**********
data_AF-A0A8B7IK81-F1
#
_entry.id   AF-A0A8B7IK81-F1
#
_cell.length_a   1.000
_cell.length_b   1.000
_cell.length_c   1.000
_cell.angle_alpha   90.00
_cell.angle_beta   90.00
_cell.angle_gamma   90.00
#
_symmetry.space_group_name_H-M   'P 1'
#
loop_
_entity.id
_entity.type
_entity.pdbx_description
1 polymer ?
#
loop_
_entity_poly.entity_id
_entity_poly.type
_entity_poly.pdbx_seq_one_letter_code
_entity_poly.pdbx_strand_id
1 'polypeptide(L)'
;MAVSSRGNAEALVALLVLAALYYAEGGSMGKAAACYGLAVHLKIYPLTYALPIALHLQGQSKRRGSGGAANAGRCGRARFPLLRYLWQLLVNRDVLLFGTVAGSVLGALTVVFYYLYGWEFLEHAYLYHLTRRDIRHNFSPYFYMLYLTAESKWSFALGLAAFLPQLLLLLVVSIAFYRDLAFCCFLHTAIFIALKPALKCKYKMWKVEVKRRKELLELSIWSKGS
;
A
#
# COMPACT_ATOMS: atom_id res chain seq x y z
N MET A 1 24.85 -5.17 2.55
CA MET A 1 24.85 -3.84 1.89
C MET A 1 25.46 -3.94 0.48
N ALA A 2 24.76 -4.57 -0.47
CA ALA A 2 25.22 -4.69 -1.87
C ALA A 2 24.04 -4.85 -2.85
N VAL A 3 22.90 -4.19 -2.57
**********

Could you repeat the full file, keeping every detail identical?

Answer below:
data_AF-A0A8B7IK81-F1
#
_entry.id   AF-A0A8B7IK81-F1
#
_cell.length_a   1.000
_cell.length_b   1.000
_cell.length_c   1.000
_cell.angle_alpha   90.00
_cell.angle_beta   90.00
_cell.angle_gamma   90.00
#
_symmetry.space_group_name_H-M   'P 1'
#
loop_
_entity.id
_entity.type
_entity.pdbx_description
1 polymer ?
#
loop_
_entity_poly.entity_id
_entity_poly.type
_entity_poly.pdbx_seq_one_letter_code
_entity_poly.pdbx_strand_id
1 'polypeptide(L)'
;MAVSSRGNAEALVALLVLAALYYAEGGSMGKAAACYGLAVHLKIYPLTYALPIALHLQGQSKRRGSGGAANAGRCGRARFPLLRYLWQLLVNRDVLLFGTVAGSVLGALTVVFYYLYGWEFLEHAYLYHLTRRDIRHNFSPYFYMLYLTAESKWSFALGLAAFLPQLLLLLVVSIAFYRDLAFCCFLHTAIFIALKPALKCKYKMWKVEVKRRKELLELSIWSKGS
;
A
#
# COMPACT_ATOMS: atom_id res chain seq x y z
N MET A 1 24.85 -5.17 2.55
CA MET A 1 24.85 -3.84 1.89
C MET A 1 25.46 -3.94 0.48
N ALA A 2 24.76 -4.57 -0.47
CA ALA A 2 25.22 -4.69 -1.87
C ALA A 2 24.04 -4.85 -2.85
N VAL A 3 22.90 -4.19 -2.57